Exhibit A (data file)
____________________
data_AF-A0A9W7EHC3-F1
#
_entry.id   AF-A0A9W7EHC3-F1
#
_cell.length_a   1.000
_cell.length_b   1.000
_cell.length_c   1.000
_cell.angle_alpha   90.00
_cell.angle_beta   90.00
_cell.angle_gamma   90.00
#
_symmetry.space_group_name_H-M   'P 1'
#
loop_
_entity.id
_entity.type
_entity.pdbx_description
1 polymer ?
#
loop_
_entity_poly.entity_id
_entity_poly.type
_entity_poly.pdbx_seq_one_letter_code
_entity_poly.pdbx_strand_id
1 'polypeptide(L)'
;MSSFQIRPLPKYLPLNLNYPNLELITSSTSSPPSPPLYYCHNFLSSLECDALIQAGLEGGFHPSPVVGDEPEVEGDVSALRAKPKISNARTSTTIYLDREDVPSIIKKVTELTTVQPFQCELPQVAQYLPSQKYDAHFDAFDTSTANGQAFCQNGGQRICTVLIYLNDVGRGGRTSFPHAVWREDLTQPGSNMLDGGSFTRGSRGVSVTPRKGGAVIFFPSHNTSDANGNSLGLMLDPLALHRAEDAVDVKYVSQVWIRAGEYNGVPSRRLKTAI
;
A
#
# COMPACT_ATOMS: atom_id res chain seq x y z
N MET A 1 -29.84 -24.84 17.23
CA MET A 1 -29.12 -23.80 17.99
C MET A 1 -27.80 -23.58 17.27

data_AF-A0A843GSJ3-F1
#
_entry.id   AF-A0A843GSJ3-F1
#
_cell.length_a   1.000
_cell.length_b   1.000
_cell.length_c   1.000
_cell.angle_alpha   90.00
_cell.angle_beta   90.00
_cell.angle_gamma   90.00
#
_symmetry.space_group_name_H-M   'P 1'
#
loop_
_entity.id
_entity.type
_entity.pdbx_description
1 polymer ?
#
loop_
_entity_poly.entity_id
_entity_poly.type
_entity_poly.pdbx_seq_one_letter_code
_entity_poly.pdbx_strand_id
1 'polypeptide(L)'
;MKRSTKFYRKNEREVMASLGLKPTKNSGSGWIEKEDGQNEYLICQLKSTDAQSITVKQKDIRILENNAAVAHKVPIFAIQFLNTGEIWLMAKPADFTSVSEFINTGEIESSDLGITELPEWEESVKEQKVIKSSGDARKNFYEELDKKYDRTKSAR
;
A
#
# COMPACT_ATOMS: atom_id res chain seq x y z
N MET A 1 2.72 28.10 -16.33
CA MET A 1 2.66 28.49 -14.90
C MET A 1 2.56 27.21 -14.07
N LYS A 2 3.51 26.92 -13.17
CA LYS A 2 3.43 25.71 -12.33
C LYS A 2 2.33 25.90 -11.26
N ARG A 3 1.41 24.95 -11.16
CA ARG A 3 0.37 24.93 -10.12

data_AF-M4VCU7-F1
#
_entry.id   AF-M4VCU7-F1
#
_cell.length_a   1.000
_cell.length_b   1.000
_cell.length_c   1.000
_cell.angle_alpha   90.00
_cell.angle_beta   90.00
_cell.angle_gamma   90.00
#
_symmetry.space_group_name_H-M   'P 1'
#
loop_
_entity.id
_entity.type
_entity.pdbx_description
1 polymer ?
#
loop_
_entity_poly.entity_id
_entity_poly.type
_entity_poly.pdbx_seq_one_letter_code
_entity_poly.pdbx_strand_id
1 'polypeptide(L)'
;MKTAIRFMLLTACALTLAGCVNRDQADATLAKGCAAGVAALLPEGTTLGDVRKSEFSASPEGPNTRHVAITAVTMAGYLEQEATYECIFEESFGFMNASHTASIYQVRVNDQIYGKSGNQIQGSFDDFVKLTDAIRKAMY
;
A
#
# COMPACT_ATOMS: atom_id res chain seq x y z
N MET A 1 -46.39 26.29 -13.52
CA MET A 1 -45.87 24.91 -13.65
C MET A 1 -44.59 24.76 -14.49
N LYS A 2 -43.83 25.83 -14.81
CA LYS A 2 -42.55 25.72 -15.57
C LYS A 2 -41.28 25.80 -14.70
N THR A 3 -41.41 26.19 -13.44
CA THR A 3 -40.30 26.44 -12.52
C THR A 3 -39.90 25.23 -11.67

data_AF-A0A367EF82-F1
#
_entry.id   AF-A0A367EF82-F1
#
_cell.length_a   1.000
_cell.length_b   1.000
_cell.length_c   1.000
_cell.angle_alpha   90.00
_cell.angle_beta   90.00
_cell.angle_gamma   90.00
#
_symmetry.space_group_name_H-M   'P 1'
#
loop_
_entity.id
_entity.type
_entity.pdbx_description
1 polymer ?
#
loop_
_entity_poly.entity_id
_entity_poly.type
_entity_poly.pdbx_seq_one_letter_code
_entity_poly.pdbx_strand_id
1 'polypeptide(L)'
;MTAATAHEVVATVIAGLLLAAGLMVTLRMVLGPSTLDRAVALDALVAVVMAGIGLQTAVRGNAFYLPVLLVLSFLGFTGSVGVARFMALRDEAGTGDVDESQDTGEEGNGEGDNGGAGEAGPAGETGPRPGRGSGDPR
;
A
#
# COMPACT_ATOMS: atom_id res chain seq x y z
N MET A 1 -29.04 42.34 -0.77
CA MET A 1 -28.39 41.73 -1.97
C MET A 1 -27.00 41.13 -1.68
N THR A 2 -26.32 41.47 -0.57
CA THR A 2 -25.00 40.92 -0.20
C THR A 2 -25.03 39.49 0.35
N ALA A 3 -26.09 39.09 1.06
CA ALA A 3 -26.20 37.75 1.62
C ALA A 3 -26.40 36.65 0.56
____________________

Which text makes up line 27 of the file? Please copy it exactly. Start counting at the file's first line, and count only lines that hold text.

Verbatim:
;